The main reason larger telescopes are being built is to increase the power of viewing distance so the universe can be studied in greater detail. Special solar telescopes have been constructed for research of the Sun that requires the use of tools such as spectroheliographs and coronagraphs. These telescopes are mounted in towers and have a very powerful focus points. The focus points are so advanced that one can look at an individual wavelengths of the sun's electromagnetic spectrum in vast detail.
Terra, launched in December 1999, was put into orbit to observe the land, air and ocean. The 10,560 lb satellite featured five surveillance instruments, which monitored phenomena on Earth, air pollution, weather patterns and wildfires. Located at the Whipple Observatory in Arizona, the Multiple Mirror Telescope is extremely advanced and has helped a great deal in the research of our galaxy. The MMT has six mirrors mounted in a solitary structure.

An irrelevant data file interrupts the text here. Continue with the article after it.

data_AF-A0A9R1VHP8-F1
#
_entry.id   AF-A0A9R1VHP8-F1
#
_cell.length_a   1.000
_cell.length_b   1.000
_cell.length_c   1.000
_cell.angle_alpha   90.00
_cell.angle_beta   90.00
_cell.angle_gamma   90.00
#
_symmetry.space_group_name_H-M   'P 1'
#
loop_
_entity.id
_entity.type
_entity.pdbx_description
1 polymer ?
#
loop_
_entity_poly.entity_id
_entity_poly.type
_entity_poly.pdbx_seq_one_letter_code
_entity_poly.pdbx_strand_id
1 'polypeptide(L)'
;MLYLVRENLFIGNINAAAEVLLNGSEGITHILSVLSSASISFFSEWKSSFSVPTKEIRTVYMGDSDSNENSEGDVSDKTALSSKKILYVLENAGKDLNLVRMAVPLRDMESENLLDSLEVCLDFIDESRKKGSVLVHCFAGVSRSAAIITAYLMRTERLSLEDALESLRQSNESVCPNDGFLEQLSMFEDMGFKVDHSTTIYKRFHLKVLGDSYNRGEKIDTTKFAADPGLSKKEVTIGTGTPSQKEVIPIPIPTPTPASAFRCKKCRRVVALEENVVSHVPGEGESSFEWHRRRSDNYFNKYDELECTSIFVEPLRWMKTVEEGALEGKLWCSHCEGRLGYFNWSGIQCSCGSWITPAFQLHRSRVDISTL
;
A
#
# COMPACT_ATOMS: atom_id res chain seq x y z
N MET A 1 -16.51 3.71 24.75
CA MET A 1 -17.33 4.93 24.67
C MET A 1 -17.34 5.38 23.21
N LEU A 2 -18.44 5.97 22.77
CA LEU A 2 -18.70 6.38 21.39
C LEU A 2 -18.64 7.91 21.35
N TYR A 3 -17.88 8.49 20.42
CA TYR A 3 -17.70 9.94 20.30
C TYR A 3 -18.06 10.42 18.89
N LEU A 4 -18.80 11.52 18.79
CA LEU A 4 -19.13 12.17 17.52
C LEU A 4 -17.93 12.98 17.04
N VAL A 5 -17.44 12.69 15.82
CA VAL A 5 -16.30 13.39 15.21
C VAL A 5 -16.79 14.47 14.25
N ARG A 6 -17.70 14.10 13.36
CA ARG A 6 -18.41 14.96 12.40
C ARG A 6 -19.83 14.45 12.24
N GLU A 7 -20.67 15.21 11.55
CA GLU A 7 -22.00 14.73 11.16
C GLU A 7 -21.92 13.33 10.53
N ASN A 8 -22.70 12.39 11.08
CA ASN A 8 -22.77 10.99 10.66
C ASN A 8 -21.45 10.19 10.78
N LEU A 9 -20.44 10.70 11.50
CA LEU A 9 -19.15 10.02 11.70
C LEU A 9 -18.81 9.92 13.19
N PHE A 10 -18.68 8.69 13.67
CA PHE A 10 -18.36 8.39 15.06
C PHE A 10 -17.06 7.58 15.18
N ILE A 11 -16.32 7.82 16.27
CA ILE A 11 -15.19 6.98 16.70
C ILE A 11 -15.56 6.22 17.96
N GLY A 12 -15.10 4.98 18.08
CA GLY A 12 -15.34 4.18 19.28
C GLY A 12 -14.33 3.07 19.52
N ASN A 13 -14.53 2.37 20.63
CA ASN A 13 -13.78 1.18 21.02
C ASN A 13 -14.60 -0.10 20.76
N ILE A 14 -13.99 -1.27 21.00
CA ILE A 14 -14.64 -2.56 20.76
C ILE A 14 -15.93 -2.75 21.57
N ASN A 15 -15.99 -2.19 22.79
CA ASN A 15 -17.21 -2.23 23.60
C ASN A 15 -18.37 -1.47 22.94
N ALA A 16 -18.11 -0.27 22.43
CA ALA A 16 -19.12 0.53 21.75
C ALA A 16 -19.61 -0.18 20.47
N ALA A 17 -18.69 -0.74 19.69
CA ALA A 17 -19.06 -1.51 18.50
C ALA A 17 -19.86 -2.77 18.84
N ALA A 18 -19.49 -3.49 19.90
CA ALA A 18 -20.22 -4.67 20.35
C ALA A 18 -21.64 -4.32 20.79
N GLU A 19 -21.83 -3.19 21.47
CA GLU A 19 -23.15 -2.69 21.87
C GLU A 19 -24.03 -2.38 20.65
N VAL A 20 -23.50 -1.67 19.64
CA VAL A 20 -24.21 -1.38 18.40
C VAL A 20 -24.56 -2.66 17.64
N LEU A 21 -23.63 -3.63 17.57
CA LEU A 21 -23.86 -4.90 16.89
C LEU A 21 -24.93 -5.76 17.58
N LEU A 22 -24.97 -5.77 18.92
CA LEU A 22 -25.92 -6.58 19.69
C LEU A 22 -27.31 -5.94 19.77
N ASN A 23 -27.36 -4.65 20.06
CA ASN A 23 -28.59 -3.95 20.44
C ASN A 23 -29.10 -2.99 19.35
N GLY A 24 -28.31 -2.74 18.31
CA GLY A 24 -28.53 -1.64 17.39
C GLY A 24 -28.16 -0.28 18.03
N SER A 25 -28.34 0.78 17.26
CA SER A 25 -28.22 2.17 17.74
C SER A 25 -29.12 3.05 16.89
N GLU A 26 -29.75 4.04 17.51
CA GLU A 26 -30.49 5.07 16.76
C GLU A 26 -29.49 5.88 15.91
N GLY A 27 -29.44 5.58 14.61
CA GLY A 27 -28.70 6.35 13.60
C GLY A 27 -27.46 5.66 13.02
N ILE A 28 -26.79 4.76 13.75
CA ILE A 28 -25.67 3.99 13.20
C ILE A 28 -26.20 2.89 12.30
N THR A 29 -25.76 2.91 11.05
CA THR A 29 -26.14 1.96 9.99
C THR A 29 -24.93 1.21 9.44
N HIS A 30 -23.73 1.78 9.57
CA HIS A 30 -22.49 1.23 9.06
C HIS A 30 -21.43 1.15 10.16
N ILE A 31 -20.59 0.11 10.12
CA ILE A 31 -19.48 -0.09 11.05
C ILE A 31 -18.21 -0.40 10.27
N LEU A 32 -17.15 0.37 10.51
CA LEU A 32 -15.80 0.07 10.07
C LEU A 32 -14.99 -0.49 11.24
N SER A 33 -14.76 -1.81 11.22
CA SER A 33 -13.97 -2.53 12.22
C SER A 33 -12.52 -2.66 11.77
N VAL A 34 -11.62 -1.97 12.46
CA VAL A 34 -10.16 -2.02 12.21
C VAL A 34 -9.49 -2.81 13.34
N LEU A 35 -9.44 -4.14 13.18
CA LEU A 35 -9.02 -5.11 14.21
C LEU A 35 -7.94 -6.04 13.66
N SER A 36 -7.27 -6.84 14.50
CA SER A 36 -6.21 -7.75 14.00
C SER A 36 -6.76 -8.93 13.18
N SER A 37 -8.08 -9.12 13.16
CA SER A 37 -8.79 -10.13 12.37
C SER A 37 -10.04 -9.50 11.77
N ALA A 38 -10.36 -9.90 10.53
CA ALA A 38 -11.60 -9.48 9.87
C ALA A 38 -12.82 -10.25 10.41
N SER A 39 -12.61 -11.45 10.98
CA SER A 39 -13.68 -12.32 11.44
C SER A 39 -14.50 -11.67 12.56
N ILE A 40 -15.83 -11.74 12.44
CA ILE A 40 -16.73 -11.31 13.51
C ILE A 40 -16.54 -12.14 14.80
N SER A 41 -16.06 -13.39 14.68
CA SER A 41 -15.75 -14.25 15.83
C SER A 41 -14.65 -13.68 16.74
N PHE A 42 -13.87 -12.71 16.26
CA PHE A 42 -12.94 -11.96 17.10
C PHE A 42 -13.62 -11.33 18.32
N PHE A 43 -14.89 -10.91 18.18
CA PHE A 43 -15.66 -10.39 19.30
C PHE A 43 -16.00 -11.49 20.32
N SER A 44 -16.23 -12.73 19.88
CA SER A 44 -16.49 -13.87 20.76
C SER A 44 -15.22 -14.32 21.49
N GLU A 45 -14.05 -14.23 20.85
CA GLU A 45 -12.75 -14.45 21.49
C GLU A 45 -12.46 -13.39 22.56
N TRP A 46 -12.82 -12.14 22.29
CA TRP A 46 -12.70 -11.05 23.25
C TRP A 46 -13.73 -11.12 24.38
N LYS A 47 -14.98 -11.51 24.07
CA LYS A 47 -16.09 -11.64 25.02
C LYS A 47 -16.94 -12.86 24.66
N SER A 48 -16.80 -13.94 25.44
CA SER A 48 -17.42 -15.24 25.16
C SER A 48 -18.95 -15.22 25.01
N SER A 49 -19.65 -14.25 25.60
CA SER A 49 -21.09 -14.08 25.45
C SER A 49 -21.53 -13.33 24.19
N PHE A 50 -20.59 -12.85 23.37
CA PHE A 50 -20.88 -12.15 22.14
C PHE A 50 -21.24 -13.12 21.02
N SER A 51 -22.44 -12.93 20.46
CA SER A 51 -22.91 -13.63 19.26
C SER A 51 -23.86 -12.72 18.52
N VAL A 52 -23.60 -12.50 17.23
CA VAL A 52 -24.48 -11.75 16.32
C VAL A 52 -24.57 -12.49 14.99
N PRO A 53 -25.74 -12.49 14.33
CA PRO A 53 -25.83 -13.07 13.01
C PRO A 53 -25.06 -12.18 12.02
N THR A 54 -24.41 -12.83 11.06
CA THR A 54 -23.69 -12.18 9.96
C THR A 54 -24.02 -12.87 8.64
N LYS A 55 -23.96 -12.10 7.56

The mirrors are automatically aligned at regular intervals over a certain period of time. A series of Orbiting Astronomical Observatories (OAOs) have been launched by the National Aeronautics and Space Administration (NASA). The most advanced system placed in Earth's orbit is the Hubble Space Telescope, launched in 1990, and is an optical-ultraviolet telescope.